London’s Gatwick and Heathrow airports have the worst hit with disruption, leaving many passengers faced with hours of chaos.
Elsewhere around the country, flights are disrupted into and out of airports including the Glasgow, Manchester and Liverpool hubs.
Virgin Atlantic has posted a list of cancelled flights on its website. It said it was ‘contacting affected customers and rearranging their travel arrangements’.
But strong tailwinds as Storm Ciara blew in saw British Airways break the record for the fastest flight by a conventional airliner from New York to London.
The BA112 flight, which took off from John F Kennedy airport, was scheduled to land at Heathrow at 6.25am on Sunday but arrived 102 minutes early at 4.43am.
National Express passengers narrowly escaped death when a falling tree misses them by seconds outside London’s Victoria Station earlier today.
High winds caused by Storm Ciara sent the tree crashing onto the road directly into the path of the coach.
Major roads are closing and being rendered unusable as emergency services warns people not to drive through floodwater.
Police are enforcing emergency speed limits in some areas, amid fears of fatal accidents on Britain’s roads should drivers choose to head out.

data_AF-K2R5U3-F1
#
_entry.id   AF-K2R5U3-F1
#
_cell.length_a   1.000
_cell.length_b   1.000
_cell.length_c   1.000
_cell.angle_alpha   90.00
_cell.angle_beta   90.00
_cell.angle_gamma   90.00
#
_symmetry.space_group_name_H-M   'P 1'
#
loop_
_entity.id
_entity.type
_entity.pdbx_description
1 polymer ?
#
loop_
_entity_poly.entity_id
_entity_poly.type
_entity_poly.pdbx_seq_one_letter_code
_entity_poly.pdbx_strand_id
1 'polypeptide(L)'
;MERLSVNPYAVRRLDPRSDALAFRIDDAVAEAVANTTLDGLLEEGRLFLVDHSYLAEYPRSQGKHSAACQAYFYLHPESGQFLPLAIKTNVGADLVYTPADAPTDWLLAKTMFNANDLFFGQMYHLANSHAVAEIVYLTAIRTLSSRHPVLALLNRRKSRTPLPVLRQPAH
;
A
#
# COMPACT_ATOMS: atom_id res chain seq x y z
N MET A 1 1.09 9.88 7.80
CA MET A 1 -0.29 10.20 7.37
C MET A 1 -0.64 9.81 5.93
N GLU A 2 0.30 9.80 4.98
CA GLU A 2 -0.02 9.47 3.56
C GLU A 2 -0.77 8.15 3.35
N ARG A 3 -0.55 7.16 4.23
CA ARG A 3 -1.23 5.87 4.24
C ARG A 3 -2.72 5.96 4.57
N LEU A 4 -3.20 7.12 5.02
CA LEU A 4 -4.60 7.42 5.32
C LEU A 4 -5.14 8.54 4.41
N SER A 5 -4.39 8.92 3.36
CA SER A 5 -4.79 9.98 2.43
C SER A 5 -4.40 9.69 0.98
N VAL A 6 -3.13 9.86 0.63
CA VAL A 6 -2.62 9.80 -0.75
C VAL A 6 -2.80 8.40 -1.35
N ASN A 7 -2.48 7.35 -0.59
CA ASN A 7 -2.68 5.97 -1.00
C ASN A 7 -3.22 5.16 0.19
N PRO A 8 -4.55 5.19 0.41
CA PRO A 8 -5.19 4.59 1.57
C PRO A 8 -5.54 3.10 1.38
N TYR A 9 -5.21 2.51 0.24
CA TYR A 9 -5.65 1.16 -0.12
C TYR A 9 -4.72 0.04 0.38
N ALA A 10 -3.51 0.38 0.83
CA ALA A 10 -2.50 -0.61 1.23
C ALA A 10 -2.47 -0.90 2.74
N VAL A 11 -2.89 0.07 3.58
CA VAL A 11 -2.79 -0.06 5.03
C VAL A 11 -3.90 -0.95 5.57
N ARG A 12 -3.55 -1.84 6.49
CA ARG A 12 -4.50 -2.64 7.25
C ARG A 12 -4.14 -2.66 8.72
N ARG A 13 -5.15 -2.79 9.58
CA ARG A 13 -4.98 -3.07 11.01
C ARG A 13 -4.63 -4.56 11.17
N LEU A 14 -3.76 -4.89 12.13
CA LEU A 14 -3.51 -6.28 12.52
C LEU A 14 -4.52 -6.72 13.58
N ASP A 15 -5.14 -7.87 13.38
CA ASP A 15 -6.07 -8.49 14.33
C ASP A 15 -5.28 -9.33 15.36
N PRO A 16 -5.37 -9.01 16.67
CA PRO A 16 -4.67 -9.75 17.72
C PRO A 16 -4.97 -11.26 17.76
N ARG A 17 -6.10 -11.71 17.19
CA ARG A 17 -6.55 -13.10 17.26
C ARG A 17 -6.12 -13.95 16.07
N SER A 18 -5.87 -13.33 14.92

Concerns over accidents were amplified as a picture surfaced showing a car smashed up and on its side this morning.
There are now 214 flood warnings in place demanding immediate action, with 177 alerts also suggesting that flooding is possible elsewhere.
Meanwhile, tourists are stranded abroad as delays hit airports on the continent as well as in the UK. Speaking to the MailOnline, one passenger who has been left stranded in Morzine on the border of France and Switzerland, said her flight was cancelled with no word from travel provider easyJet.
Lisa Norton from London had been skiing at the resort and was due to fly home from Geneva on the 9.40pm flight this evening. Whilst on a ski lift she received a notification from the easyJet app stating that her flight had been cancelled.
‘We were supposed to be going home tonight but the soonest they can fly us home is Wednesday and I need to get back for my job and my child. We are going to Geneva and from there we will fly from Paris, where we have had to get a eurostar ticket to London.’
Lisa, who had been on the trip with her twin sister since Wednesday said it has cost her nearly £1,000 to make different travel arrangements.
‘We didn’t even get an email. There are a few people here at the resort who are in the same situation, but have decided to stay here until they can get a flight back. The weather has been stunning in France, we knew the storm was coming.’ MailOnline has contacted easyJet.
Flights are delayed arriving and leaving major European cities too, with Frankfurt Airport seeing 21 cancelled departures and a further 116 delays.